To observe wild life in nature, the National Parks in Kenya and Tanzania are always one of the top destinations, because the rich diversity of animals – during the migration often in huge herds and numbers – can be observed in the short grass savannah rather easily. Nevertheless and instead of their protection several species, for example the Black rhino became more and more endangered during the last decades.
The great Migration of the Serengeti is considered one of ‘The Ten Wonders of The Natural World’, and one of the best events to witness. A truly awe-inspiring spectacle of life in an expansive ecosystem ruled by rainfall and the urge for survival amongst the herbivores of the Serengeti plains.
The Wildebeest is a main important player and as a gregarious herbivore it reaches up to 1.5 million in numbers as part of the migration. Accompanied by 200.000 zebra, 350.000 gazelles and 12.000 eland this strange wonder of the natural world circulates the Serengeti National Park in Tanzania and the Masai Mara Game Reserve in Kenya, its path dictated by rainfall and the resulting growth of grasses on the plains. During the short dry season the Wildebeest rest near to rivers with fresh spring grasses and give birth. Up to 400,000 calves are born in a synchronized birthing within just 2-3 weeks of one another!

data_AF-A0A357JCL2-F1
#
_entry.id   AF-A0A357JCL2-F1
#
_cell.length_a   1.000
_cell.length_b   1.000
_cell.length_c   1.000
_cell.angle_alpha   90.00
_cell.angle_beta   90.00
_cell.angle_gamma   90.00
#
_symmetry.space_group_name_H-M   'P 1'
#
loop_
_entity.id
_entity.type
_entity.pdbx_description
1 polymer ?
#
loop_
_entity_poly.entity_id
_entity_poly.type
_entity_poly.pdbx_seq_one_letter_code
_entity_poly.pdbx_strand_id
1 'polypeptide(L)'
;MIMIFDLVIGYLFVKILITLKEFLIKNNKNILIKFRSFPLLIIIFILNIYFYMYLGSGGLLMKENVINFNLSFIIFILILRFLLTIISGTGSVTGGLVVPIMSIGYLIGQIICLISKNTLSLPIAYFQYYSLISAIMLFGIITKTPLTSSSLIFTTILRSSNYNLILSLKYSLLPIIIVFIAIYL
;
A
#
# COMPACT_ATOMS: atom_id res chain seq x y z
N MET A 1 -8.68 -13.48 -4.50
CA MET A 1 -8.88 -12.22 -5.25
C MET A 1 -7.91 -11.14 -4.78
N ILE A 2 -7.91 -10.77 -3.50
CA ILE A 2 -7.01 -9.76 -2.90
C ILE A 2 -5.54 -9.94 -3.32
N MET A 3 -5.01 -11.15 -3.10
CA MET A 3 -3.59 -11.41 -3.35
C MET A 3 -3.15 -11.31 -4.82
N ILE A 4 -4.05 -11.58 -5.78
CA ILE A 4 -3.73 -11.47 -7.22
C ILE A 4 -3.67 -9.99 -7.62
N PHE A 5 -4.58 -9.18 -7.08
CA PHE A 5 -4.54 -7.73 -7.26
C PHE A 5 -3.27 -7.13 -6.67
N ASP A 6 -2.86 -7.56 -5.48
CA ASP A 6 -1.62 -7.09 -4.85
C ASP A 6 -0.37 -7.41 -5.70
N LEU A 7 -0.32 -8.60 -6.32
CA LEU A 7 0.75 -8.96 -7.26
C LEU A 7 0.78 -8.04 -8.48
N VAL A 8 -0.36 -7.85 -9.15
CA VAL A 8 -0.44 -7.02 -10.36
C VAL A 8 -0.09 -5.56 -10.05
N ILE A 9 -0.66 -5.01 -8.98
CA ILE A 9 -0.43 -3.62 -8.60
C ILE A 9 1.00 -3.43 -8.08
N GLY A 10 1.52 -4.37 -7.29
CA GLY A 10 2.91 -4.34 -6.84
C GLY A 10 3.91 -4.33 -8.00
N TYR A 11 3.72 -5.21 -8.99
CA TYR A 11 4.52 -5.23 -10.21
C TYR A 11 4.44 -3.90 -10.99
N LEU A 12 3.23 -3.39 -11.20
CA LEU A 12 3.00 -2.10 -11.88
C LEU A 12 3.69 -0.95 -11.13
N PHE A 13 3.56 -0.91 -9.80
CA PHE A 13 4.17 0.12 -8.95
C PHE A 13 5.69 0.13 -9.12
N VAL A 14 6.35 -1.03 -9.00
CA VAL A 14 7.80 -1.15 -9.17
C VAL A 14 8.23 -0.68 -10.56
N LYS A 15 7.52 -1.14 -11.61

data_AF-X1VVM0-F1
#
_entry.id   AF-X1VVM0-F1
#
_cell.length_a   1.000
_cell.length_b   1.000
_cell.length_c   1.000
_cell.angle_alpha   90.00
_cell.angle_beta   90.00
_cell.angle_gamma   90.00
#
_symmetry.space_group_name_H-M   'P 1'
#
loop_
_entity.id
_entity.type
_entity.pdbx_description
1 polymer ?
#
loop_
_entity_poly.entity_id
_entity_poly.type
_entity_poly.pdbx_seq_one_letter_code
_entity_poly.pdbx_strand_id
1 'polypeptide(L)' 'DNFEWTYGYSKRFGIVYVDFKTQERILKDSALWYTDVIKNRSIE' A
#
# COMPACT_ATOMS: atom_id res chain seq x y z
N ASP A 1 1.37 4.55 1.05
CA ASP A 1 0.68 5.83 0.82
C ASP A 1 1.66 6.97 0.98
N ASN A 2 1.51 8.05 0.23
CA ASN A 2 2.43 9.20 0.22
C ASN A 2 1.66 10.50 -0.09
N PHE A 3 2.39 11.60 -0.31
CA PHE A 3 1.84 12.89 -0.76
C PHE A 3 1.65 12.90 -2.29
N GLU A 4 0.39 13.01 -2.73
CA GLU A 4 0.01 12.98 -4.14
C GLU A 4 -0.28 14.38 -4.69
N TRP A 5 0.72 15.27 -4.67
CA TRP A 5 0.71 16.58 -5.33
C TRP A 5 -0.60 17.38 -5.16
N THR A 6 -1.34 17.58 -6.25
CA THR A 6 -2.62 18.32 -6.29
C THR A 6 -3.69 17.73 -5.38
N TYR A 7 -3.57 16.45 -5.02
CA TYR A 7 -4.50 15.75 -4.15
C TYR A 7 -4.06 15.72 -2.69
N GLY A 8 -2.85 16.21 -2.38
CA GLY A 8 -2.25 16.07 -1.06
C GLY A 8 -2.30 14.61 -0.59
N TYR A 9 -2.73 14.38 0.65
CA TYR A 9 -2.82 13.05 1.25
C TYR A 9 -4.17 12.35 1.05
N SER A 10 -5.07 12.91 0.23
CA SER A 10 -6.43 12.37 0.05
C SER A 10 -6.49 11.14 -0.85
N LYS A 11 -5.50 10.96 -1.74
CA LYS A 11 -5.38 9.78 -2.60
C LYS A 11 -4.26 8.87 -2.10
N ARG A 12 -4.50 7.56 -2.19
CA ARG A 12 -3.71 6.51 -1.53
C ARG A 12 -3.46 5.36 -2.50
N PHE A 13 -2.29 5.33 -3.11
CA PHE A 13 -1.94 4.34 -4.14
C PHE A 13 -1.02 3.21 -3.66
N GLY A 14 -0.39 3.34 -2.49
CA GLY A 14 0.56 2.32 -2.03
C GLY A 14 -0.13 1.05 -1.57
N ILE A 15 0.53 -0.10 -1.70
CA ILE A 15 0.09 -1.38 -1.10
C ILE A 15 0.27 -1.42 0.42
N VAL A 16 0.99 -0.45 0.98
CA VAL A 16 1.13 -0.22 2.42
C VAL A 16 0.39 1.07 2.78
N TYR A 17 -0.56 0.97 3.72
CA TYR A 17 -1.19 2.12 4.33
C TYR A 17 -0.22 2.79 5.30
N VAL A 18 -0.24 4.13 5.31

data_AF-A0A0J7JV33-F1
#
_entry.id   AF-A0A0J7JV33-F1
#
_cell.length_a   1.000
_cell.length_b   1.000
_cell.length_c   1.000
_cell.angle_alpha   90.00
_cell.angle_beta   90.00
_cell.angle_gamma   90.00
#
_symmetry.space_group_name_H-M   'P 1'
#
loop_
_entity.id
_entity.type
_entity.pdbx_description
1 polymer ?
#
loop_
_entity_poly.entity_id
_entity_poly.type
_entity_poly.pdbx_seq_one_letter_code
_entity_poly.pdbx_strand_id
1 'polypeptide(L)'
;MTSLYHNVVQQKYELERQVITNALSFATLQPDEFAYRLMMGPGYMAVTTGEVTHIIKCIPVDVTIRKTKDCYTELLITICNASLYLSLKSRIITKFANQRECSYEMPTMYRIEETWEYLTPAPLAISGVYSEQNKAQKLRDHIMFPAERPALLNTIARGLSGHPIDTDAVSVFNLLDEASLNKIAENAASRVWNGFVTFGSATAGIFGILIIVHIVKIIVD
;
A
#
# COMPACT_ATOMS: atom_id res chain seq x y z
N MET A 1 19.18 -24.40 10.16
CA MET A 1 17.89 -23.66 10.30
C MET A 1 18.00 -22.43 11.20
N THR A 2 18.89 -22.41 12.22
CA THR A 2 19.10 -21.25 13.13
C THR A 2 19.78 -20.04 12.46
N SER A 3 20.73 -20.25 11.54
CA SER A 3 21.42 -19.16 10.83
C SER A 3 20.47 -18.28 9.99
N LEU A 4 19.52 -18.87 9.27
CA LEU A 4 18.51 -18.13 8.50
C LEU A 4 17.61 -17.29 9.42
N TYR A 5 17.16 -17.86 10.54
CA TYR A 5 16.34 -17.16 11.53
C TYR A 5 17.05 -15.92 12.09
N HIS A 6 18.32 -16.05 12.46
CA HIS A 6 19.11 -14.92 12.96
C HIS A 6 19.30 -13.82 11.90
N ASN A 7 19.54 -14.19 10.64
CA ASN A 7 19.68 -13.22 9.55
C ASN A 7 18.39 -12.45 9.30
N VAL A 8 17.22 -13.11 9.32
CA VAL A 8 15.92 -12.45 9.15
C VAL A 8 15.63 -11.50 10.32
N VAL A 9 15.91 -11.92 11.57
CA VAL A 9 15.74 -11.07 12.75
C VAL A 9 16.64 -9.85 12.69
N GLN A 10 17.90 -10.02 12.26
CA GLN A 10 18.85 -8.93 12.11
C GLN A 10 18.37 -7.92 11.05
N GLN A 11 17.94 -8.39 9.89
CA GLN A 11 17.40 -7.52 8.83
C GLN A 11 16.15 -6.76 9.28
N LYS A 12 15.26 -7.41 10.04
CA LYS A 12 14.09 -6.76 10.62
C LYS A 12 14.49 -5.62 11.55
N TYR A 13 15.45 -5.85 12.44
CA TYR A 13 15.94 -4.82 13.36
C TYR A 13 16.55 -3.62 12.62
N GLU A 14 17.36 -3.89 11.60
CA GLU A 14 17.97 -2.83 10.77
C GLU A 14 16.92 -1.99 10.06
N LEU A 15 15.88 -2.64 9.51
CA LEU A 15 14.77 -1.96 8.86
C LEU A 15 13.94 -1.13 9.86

Unsurprisingly, this period presents a veritable feast for any accompanying predators with hundreds of hyenas and lions scattered across this area taking their chances with a potential glut of vulnerable newborn.